by GISELE GALOUSTIAN | Tuesday, Mar 12, 2024
Mahmoud Seifallahi (seated) and Behnaz Ghoraani, Ph.D., review the performance of straight walking using a depth camera, which can detect and track 25 joints of body movement.

A first-of-its-kind study suggests that to detect subtle gait impairments in older adults that often are prevalent in the early stages of cognitive decline, “throw them a curve.”

Gait analysis, examining the way an individual stands and walks, is emerging as a valuable, non-invasive complement to cognitive assessments that aid in early diagnosis and management. In clinical settings, gait and balance tests typically focus on a straight walking path. 

This new study ventures into a different realm – curved path walking – a more natural yet complex activity. Straight walking is a rhythmic and simpler activity, whereas walking on a curving path requires greater cognitive and motor skills such as a transition time to change directions and correct balance. 

College of Engineering and Computer Science researchers at Florida Atlantic University are the first to quantitatively compare the performance of healthy older adults versus older adults with mild cognitive impairment (MCI) in straight and curve walking. MCI is the early stage of cognitive decline and people with MCI have a much higher risk of transitioning to Alzheimer’s disease (AD).  

For the study, researchers used a depth camera, which can detect and track 25 joints of body movement, to record study participants’ gait while performing the two different walking tests (straight versus curve). Signals from the 25 body joints were processed to extract 50 gait markers for each test, and these markers were compared between the two groups using descriptive statistical analyses.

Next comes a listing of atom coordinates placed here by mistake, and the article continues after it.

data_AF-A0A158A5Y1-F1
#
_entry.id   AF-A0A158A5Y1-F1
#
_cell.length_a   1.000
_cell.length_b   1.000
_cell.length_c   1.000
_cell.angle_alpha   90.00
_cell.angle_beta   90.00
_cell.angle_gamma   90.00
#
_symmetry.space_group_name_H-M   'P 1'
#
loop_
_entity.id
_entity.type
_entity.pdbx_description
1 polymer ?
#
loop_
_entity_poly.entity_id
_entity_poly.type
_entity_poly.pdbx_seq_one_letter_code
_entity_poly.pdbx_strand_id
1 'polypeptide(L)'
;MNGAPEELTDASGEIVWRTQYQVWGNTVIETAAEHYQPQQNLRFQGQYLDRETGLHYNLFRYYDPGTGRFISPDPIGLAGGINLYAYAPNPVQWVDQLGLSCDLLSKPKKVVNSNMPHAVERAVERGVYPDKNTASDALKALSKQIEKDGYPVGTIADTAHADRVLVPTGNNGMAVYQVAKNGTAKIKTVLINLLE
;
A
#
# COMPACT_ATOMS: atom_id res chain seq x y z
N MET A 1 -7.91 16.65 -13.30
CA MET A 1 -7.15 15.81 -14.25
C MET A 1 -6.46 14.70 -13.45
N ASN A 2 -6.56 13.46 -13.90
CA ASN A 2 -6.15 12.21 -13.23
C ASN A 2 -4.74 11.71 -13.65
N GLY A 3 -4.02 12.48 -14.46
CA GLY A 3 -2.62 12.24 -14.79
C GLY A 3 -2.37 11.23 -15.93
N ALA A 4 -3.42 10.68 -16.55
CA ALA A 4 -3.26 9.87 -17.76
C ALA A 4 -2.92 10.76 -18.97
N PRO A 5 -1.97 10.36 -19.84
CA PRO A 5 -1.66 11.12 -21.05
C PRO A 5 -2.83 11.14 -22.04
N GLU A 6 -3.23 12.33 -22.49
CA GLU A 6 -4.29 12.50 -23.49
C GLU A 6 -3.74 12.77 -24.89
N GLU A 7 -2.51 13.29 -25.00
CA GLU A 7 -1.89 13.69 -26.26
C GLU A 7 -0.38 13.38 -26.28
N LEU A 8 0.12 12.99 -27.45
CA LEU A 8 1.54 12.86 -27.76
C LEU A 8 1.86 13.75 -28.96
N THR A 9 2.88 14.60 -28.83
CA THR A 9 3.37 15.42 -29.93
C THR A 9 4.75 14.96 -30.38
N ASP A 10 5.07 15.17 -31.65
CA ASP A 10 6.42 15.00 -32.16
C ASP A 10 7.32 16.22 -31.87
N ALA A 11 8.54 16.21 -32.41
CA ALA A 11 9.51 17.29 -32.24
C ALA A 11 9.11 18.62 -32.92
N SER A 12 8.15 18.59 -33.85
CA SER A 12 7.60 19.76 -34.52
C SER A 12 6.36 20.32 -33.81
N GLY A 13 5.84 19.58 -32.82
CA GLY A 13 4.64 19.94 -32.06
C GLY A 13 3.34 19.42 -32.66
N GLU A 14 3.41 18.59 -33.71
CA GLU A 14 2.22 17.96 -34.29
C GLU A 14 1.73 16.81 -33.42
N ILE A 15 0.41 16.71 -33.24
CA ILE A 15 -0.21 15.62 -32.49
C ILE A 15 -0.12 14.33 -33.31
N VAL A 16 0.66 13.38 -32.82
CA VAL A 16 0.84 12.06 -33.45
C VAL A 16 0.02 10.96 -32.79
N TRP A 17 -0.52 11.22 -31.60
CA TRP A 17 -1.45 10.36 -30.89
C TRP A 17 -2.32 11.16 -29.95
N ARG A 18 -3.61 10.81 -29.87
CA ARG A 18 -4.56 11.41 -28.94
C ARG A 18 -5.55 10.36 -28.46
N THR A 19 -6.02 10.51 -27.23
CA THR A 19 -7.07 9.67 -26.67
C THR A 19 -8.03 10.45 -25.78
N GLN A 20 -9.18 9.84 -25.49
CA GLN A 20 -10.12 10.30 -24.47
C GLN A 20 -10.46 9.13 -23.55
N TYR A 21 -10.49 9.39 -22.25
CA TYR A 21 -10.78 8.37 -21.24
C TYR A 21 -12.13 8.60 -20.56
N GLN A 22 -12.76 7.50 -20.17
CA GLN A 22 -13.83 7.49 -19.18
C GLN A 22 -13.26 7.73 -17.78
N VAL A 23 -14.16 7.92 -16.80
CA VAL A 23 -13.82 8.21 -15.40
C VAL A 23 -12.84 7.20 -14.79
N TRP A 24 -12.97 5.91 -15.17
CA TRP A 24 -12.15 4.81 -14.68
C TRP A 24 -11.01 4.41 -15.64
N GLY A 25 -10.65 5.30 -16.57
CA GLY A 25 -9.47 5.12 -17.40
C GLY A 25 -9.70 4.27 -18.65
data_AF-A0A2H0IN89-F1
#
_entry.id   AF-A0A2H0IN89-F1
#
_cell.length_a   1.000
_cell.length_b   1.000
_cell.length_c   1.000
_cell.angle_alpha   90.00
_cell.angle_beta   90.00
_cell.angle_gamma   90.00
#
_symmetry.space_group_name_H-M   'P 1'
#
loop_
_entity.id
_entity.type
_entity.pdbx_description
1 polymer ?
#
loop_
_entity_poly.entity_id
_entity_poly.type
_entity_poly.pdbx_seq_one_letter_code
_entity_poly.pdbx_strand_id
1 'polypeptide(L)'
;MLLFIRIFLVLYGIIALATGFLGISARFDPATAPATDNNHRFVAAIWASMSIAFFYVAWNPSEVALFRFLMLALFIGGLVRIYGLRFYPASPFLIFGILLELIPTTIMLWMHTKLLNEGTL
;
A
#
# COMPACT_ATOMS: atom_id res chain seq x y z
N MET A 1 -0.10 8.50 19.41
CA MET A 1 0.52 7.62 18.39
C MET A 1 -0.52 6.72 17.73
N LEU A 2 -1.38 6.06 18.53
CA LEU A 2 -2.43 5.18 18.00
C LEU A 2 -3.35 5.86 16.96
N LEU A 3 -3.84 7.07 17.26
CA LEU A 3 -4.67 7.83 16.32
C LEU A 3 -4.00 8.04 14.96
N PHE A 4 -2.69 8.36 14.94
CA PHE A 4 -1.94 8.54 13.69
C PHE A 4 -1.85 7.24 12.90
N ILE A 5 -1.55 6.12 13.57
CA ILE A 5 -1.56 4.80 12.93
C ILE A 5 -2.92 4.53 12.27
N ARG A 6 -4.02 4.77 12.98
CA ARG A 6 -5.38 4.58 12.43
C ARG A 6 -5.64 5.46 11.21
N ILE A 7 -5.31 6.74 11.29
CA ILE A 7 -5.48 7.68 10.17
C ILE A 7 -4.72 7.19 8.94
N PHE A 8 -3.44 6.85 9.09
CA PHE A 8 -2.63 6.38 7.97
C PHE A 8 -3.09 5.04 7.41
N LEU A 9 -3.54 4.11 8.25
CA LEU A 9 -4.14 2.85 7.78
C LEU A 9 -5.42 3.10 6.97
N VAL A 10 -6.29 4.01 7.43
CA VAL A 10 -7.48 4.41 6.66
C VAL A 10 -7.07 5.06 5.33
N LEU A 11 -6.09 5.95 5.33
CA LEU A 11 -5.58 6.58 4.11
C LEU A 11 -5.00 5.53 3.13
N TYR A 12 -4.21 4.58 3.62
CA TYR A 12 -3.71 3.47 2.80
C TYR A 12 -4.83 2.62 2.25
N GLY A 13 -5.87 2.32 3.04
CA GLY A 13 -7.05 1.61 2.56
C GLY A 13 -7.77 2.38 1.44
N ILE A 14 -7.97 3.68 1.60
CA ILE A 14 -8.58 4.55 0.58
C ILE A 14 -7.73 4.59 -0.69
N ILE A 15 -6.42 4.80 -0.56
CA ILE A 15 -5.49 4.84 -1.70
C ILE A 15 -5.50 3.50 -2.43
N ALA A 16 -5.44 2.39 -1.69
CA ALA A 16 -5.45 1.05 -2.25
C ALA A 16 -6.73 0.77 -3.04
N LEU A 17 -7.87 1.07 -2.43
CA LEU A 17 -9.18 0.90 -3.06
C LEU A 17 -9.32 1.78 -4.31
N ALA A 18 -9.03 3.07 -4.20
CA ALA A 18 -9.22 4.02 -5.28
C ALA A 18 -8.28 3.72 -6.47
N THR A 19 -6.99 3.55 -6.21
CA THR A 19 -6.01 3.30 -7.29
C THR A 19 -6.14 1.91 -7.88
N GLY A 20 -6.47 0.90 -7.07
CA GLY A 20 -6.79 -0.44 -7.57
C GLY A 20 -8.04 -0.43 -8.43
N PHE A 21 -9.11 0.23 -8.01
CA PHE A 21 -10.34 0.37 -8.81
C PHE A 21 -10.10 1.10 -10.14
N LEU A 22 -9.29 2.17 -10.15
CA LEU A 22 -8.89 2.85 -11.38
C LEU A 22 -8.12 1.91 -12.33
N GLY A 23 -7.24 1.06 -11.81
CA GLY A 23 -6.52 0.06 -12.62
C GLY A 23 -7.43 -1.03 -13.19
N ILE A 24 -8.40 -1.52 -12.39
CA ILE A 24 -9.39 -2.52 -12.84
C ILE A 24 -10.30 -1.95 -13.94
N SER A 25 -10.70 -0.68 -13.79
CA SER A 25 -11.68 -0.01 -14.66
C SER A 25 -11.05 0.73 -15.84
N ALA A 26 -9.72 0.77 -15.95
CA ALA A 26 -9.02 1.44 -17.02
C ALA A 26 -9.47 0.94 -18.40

Results, published in the Journal of Alzheimer’s Disease Reports, Volume 8, Issue 1, showed curve walking resulted in greater challenges for the MCI group and outperformed straight walking in detecting MCI. Furthermore, several gait markers showed significant differences between healthy controls and MCI patients. 

Gait markers included two macro markers (average velocity and cadence), 24 micro temporal markers (duration of feet for various subphases of the gait cycle, such as stance, swing, step and stride phases), micro spatial markers (location changes of feet for various sub-phases of the gait cycle) and six micro spatiotemporal markers (velocity of feet for various sub-phases of the gait cycle). These markers provided detailed information on the functional performance of the participants during the gait tests.

Findings showed that 31 out of 50 gait markers (62 percent) were greater for the MCI group than healthy control older adults when the walking tests changed from straight walking to curve walking, and 13 markers showed significant differences between the two study groups.